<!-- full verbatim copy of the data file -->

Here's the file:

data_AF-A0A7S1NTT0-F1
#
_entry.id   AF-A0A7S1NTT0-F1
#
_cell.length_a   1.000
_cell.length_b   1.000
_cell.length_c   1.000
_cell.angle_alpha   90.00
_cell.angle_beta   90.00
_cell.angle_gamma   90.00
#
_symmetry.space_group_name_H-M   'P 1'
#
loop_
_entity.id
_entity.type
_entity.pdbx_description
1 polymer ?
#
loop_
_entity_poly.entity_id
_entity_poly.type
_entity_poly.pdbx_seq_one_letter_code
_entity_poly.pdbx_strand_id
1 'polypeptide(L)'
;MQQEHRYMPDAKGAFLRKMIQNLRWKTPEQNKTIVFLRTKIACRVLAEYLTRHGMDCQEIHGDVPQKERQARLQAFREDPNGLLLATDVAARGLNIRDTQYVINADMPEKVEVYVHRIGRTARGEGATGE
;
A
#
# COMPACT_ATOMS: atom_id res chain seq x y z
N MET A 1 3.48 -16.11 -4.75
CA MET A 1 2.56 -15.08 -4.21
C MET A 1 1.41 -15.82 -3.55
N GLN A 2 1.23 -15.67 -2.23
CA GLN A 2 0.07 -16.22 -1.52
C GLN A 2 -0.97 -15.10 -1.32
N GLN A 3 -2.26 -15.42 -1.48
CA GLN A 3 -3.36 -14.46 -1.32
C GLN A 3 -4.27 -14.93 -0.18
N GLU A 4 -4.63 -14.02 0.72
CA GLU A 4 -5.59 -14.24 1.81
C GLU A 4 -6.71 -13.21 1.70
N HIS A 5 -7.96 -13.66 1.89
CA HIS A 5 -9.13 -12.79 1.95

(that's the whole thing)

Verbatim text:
data_AF-A0A7S1NTT0-F1
#
_entry.id   AF-A0A7S1NTT0-F1
#
_cell.length_a   1.000
_cell.length_b   1.000
_cell.length_c   1.000
_cell.angle_alpha   90.00
_cell.angle_beta   90.00
_cell.angle_gamma   90.00
#
_symmetry.space_group_name_H-M   'P 1'
#
loop_
_entity.id
_entity.type
_entity.pdbx_description
1 polymer ?
#
loop_
_entity_poly.entity_id
_entity_poly.type
_entity_poly.pdbx_seq_one_letter_code
_entity_poly.pdbx_strand_id
1 'polypeptide(L)'
;MQQEHRYMPDAKGAFLRKMIQNLRWKTPEQNKTIVFLRTKIACRVLAEYLTRHGMDCQEIHGDVPQKERQARLQAFREDPNGLLLATDVAARGLNIRDTQYVINADMPEKVEVYVHRIGRTARGEGATGE
;
A
#
# COMPACT_ATOMS: atom_id res chain seq x y z
N MET A 1 3.48 -16.11 -4.75
CA MET A 1 2.56 -15.08 -4.21
C MET A 1 1.41 -15.82 -3.55
N GLN A 2 1.23 -15.67 -2.23
CA GLN A 2 0.07 -16.22 -1.52
C GLN A 2 -0.97 -15.10 -1.32
N GLN A 3 -2.26 -15.42 -1.48
CA GLN A 3 -3.36 -14.46 -1.32
C GLN A 3 -4.27 -14.93 -0.18
N GLU A 4 -4.63 -14.02 0.72
CA GLU A 4 -5.59 -14.24 1.81
C GLU A 4 -6.71 -13.21 1.70
N HIS A 5 -7.96 -13.66 1.89
CA HIS A 5 -9.13 -12.79 1.95